Students Organize 'Die-In' to Support Libyan Opposition

Photo: The Political Action Committee of the Muslim Students Association held a die-in at Sather Gate in protest of Libyan leader Moammar Ghadafi.
Summer Dunsmore/Staff
The Political Action Committee of the Muslim Students Association held a die-in at Sather Gate in protest of Libyan leader Moammar Ghadafi.

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Linking elbows to demonstrate solidarity for the Libyan opposition movement and opposition to Libyan leader Moammar Gadhafi's dictatorial rule, about 25 students gathered under Sather Gate at noon Tuesday.

Lasting just over an hour, the "Die-In for Libya," as the event was called, was organized by the Muslim Student Association's Political Action Committee in an effort to raise awareness at UC Berkeley about the rebellion in Libya.

"Libya was the hot topic for about a week," said junior Tuba Nemati, a participant from the campus organization Afghans for Peace. "This die-in is to gain momentum back, to show the Libyan people that we have not forgotten about them."

The demonstrators silently held signs that read, among other things, "Liberate Libya," "People before oil for a sane foreign policy" and "Qadaffi" with a red line through his name.

As passersby took pictures of the demonstration, some observers stood and watched and others clapped while walking by to show their support for not only the die-in participants but also the Libyan rebel forces.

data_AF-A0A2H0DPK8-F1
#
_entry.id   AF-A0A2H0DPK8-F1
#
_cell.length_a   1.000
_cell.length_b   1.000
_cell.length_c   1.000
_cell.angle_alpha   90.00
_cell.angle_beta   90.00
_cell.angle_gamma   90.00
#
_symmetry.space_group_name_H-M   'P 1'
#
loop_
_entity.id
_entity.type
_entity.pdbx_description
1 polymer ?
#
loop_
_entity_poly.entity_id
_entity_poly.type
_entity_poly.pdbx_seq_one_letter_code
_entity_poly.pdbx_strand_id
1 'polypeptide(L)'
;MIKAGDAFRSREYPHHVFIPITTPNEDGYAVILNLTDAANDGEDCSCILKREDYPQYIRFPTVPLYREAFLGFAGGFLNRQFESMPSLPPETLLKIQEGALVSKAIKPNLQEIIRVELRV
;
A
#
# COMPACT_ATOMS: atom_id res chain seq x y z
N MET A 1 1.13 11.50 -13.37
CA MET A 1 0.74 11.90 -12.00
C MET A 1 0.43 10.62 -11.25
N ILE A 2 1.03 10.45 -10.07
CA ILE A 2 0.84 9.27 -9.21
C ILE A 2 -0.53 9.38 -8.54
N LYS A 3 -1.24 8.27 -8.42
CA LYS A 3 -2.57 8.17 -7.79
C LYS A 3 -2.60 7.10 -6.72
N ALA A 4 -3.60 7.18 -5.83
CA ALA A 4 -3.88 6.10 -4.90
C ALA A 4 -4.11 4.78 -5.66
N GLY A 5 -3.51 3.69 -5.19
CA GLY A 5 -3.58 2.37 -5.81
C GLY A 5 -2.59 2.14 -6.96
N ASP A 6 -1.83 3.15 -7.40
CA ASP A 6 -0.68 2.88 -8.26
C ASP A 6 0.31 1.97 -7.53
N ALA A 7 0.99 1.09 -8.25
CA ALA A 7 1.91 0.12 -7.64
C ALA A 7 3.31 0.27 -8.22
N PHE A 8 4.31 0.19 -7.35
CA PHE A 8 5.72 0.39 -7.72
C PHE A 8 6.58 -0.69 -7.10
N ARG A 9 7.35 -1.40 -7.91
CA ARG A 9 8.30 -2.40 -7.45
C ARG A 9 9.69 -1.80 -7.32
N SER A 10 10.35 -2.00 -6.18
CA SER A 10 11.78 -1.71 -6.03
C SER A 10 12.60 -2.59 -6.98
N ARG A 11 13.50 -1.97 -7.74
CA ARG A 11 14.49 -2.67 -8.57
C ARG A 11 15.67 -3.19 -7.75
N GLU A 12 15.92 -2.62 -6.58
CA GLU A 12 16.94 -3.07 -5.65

"We hope that, like it did for the Egyptians, seeing people demonstrate for their cause in the United States will give the Libyan people strength," Nemati said. "They'll see that people care for their cause."

While protesters met on Sproul on Tuesday, major media outlets reported as of press time that in Libya, Gadhafi's forces defeated the rebel stronghold of Ajdabiya, leaving the opposition with no line of defense between Gadhafi's forces, as they were heading eastward, and the rebel capital of Benghazi. In response, the U.N. Security Council has begun to review a resolution by British, French and Lebanese diplomats authorizing a no-fly zone over Libya.

Freshman Mahidda Tabraiz, an organizer of the die-in on Sproul and member of the political action committee, said that in organizing the die-in, she wanted to demonstrate the immediate international attention that the Libyan revolution needs.

Junior Fatima Mekkaoui, co-head of the political action committee, said the committee had originally planned for participants to lie on the ground under a tent, symbolic of the deaths of innocent Libyan civilians. However, the rain dictated new plans.

"People kept walking through the tent, and they didn't realize that it was a symbol of a funeral," Mekkaoui said.

Reaching its peak at around 12:45 p.m., the die-in had about 25 participants, none of whom were Libyan. However, most of the die-in participants were Muslim, a fact that many said helped them relate to Libya's primarily Muslim population.

"I can relate to Libya's situation more because it affects the Muslim community, and I am a Muslim," Tabraiz said. "But it's not a matter of nationalism or religion - it's a matter of humanity."

The political action committee's 11 members also organized a demonstration supporting the Egyptian revolution in February and are working to organize a fundraiser for Japan in the wake of last week's earthquake and tsunami. The committee will also host a political poetry slam on Thursday.


Contact Amruta Trivedi at [email protected]

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